Browse "Writers & Academics"

Displaying 161-180 of 185 results
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Marie-Claire Blais

Marie-Claire Blais, C.C., O.C., M.S.R.C., novelist, dramatist and poet (born 5 October 1939 in Quebec City). Among the best known and most studied of Canadian authors, she has close to 50 works to her name. A proud activist in support of the francophonie, she explores violence, rebellion and hate, and other themes through her work.

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Michelle Tisseyre

Mary Jane Michelle Tisseyre (née Ahern), OC, television host, journalist and translator (born 13 December 1918 in Montréal, QC; died 21 December 2014 in Montréal).

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Nancy Huston

Nancy Louise Huston, novelist, essayist (b at Calgary, Alta, 16 Sep 1953). Nancy Huston grew up in Calgary and Wilton, New Hampshire. In 1973, after attending Sarah Lawrence College, she moved to France, where she studied at the Université de Paris under Roland Barthes.

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Napoléon Aubin

Napoléon Aubin (baptized Aimé-Nicolas), editor, journalist, printer, poet, scientist, conductor and composer (born 9 November 1812 in Chêne-Bougeries, suburb of Geneva, Switzerland; died 12 June 1890 in Montréal, Québec).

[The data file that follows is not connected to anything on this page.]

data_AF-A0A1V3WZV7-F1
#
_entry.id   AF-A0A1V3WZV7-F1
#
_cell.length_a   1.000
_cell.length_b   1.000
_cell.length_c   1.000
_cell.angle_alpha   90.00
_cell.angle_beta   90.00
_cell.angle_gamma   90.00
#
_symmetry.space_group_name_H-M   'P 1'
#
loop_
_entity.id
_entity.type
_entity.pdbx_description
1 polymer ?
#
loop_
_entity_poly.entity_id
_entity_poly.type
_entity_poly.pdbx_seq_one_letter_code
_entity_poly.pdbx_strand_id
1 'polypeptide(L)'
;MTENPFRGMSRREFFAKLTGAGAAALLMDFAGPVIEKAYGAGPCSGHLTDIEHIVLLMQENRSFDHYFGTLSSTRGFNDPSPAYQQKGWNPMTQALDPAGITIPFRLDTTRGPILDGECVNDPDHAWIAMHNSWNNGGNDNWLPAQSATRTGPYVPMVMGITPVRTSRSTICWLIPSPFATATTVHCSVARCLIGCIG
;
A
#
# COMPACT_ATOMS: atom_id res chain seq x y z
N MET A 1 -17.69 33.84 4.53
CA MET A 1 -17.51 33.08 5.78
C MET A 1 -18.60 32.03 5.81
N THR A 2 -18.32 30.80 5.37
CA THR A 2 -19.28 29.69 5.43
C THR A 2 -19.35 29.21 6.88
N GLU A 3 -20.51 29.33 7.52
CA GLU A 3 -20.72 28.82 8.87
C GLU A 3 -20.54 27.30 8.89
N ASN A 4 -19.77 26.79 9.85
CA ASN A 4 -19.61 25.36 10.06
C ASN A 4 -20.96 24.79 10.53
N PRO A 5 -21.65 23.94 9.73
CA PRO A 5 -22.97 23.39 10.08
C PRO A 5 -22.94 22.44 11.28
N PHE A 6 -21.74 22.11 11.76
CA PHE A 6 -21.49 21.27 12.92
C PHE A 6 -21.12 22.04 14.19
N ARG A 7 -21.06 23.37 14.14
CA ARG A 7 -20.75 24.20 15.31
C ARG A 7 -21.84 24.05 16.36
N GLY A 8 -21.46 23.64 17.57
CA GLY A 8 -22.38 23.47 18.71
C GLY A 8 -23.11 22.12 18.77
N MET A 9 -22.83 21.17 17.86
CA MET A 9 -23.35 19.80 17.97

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Nelly Arcan

Nelly Arcan, née Isabelle Fortier (born 5 March 1973 in Lac-Mégantic, QC; died 24 September 2009 in Montréal, QC) was a Québec novelist who specialized in autobiographical fiction.

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Olive Dickason

Olive Patricia Dickason (née Williamson), CM, Métis journalist, historian, university professor, author (born 6 March 1920 in Winnipeg, MB; died 12 March 2011 in Ottawa, ON). Dickason was the first scholar in Canada to receive a PhD in Indigenous history. Her ground-breaking research and books about Indigenous and Métis history and culture transformed how Canadians perceive the origin of their country and Indigenous peoples. Dickason’s work inspired a new generation of scholars, helping to launch Indigenous studies as an area of scholarly research. She received an Order of Canada in recognition of her achievements.